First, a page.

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AU - Wu, Fen

AU - Chen, Yu

AU - Shamy, Magdy

AU - Alghamdi, Mansour A.

AU - Khoder, Mamdouh I.

AU - Alkhatim, Alser A.

AU - Abdou, Mamdouh H.

AU - Costa, Max

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N2 - Objectives: Epidemiological and molecular studies have shown that sleep duration is associated with metabolic syndrome (MtS), a disease that is on the rise in the Kingdom of Saudi Arabia. We aim to investigate the association between sleep duration and selected cardiometabolic risk factors of MtS in a Saudi Arabian population. Setting: Secondary care was given to the participants. There were 2 participating centres, shopping malls in North and South Jeddah, Saudi Arabia. Participants: We recruited 2686 participants over a 1-year study period. Participants were selected based on their willingness. The only criterion for exclusion was living in the area (North or South Jeddah) for less than 15 years. Planned and primary outcome measures: Participants were measured for blood sugar levels, blood pressure and body mass index. All participants were asked to fill out a questionnaire. Results: There was a positive association between longer sleep duration and obesity, hypertension and hyperglycaemia. The adjusted ORs for obesity, hypertension and hyperglycaemia were 1.54 (95% CI 1.20 to 1.98), 1.89 (95% CI 1.45 to 2.48) and 1.59 (95% CI 1.19 to 2.13), respectively, in participants sleeping >8 h/ night, as compared with those sleeping 7 h. The positive associations between longer sleep duration, defined as sleeping >7 h, and the disease status, did not differ from other risk factors such as physical activity and nutrition. Conclusions: This is the first epidemiological study reporting on the association between sleep duration and cardiometabolic risk factors of MtS in a Saudi Arabian population. Sleep durations of 8 h or greater were found to be associated with all 3 cardiometabolic risk factors: obesity, hypertension and hyperglycaemia, and this relationship was not confounded by quality of nutrition or physical activity levels.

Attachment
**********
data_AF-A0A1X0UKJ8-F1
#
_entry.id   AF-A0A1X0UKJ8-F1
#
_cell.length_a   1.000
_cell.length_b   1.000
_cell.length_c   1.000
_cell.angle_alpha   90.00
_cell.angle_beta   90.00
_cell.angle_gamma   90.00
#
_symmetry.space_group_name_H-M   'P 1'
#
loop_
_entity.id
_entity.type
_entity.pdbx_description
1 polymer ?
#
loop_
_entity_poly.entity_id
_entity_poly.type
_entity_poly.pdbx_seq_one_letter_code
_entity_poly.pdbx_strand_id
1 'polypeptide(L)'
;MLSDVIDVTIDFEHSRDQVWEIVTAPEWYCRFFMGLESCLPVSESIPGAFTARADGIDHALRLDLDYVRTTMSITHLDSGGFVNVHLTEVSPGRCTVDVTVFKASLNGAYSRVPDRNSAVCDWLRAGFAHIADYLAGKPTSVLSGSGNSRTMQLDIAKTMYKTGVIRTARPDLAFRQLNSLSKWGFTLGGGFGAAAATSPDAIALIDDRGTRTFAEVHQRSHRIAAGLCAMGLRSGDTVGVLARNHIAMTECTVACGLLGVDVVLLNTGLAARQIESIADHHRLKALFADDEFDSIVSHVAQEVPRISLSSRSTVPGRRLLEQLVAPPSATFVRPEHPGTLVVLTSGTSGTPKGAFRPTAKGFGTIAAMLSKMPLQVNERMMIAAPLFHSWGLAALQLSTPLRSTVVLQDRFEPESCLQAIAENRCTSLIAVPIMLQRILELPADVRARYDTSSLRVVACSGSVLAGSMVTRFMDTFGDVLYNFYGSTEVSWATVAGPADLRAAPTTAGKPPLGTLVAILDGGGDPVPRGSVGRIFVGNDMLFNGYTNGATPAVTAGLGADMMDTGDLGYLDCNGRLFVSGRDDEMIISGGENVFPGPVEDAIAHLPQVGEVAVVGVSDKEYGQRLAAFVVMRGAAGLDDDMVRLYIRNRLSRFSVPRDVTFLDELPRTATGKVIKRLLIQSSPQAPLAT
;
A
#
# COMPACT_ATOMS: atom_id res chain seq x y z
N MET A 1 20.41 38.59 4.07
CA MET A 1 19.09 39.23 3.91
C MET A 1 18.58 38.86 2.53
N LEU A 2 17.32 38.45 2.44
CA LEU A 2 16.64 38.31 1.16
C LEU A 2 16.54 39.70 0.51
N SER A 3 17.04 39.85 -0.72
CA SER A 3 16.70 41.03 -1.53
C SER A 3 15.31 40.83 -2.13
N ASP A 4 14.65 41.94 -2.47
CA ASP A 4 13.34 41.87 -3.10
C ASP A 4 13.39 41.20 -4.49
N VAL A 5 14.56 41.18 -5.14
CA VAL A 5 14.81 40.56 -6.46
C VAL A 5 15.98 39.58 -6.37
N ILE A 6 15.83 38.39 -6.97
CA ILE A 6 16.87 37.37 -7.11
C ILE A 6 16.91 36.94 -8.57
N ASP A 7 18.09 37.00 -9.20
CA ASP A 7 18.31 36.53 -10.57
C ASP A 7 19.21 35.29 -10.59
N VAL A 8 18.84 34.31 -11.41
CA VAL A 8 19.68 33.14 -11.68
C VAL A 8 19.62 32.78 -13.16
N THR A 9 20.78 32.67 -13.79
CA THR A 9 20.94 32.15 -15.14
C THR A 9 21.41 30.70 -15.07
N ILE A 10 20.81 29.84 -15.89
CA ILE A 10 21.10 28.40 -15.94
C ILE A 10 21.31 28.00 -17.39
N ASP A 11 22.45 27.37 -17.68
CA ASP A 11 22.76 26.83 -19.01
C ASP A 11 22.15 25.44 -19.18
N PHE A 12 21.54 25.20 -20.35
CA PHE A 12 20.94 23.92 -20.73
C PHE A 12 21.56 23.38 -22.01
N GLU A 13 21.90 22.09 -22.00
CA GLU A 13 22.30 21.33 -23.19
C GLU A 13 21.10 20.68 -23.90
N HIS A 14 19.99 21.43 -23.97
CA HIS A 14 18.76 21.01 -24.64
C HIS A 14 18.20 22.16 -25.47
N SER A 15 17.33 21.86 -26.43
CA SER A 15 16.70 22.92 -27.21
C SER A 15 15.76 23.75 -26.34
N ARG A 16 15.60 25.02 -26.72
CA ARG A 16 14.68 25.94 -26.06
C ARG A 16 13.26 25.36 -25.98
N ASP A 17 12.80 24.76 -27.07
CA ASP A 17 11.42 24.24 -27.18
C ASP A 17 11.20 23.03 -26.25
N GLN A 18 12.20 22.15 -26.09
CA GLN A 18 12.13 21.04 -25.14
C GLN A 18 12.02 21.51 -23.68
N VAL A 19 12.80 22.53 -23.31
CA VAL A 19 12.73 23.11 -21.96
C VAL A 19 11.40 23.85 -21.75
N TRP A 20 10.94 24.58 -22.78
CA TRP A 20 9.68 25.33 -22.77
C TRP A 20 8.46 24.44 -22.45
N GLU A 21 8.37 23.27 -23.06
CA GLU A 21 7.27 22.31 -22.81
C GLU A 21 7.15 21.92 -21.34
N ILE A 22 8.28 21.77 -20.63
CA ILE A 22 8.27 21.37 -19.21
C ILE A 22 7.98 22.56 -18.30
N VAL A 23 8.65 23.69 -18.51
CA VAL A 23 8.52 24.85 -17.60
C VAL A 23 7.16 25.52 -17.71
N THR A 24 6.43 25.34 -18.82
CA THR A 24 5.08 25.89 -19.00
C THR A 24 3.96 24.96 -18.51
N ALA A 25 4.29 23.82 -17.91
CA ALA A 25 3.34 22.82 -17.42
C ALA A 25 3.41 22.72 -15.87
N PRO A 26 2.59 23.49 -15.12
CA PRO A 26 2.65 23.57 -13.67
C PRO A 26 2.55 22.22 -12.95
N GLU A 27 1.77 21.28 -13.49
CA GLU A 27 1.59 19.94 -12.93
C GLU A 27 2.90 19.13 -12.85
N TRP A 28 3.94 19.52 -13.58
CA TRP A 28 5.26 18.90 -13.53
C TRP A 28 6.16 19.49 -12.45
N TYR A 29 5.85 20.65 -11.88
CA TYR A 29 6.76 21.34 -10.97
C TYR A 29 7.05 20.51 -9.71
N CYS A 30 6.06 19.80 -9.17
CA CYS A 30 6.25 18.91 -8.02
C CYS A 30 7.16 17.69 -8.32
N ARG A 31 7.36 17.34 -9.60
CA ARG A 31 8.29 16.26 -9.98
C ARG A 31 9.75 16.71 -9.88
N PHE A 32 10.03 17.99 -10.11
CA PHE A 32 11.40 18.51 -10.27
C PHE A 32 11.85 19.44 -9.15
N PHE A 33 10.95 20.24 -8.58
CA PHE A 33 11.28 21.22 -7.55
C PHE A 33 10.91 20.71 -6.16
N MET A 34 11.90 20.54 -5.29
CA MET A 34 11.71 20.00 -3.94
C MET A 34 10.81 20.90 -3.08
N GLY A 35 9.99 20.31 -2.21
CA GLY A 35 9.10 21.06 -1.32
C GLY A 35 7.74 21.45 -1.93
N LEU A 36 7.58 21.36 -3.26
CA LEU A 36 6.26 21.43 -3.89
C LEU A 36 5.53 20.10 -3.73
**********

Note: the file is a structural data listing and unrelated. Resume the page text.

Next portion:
AB - Objectives: Epidemiological and molecular studies have shown that sleep duration is associated with metabolic syndrome (MtS), a disease that is on the rise in the Kingdom of Saudi Arabia. We aim to investigate the association between sleep duration and selected cardiometabolic risk factors of MtS in a Saudi Arabian population. Setting: Secondary care was given to the participants. There were 2 participating centres, shopping malls in North and South Jeddah, Saudi Arabia. Participants: We recruited 2686 participants over a 1-year study period. Participants were selected based on their willingness. The only criterion for exclusion was living in the area (North or South Jeddah) for less than 15 years. Planned and primary outcome measures: Participants were measured for blood sugar levels, blood pressure and body mass index. All participants were asked to fill out a questionnaire. Results: There was a positive association between longer sleep duration and obesity, hypertension and hyperglycaemia. The adjusted ORs for obesity, hypertension and hyperglycaemia were 1.54 (95% CI 1.20 to 1.98), 1.89 (95% CI 1.45 to 2.48) and 1.59 (95% CI 1.19 to 2.13), respectively, in participants sleeping >8 h/ night, as compared with those sleeping 7 h. The positive associations between longer sleep duration, defined as sleeping >7 h, and the disease status, did not differ from other risk factors such as physical activity and nutrition. Conclusions: This is the first epidemiological study reporting on the association between sleep duration and cardiometabolic risk factors of MtS in a Saudi Arabian population. Sleep durations of 8 h or greater were found to be associated with all 3 cardiometabolic risk factors: obesity, hypertension and hyperglycaemia, and this relationship was not confounded by quality of nutrition or physical activity levels.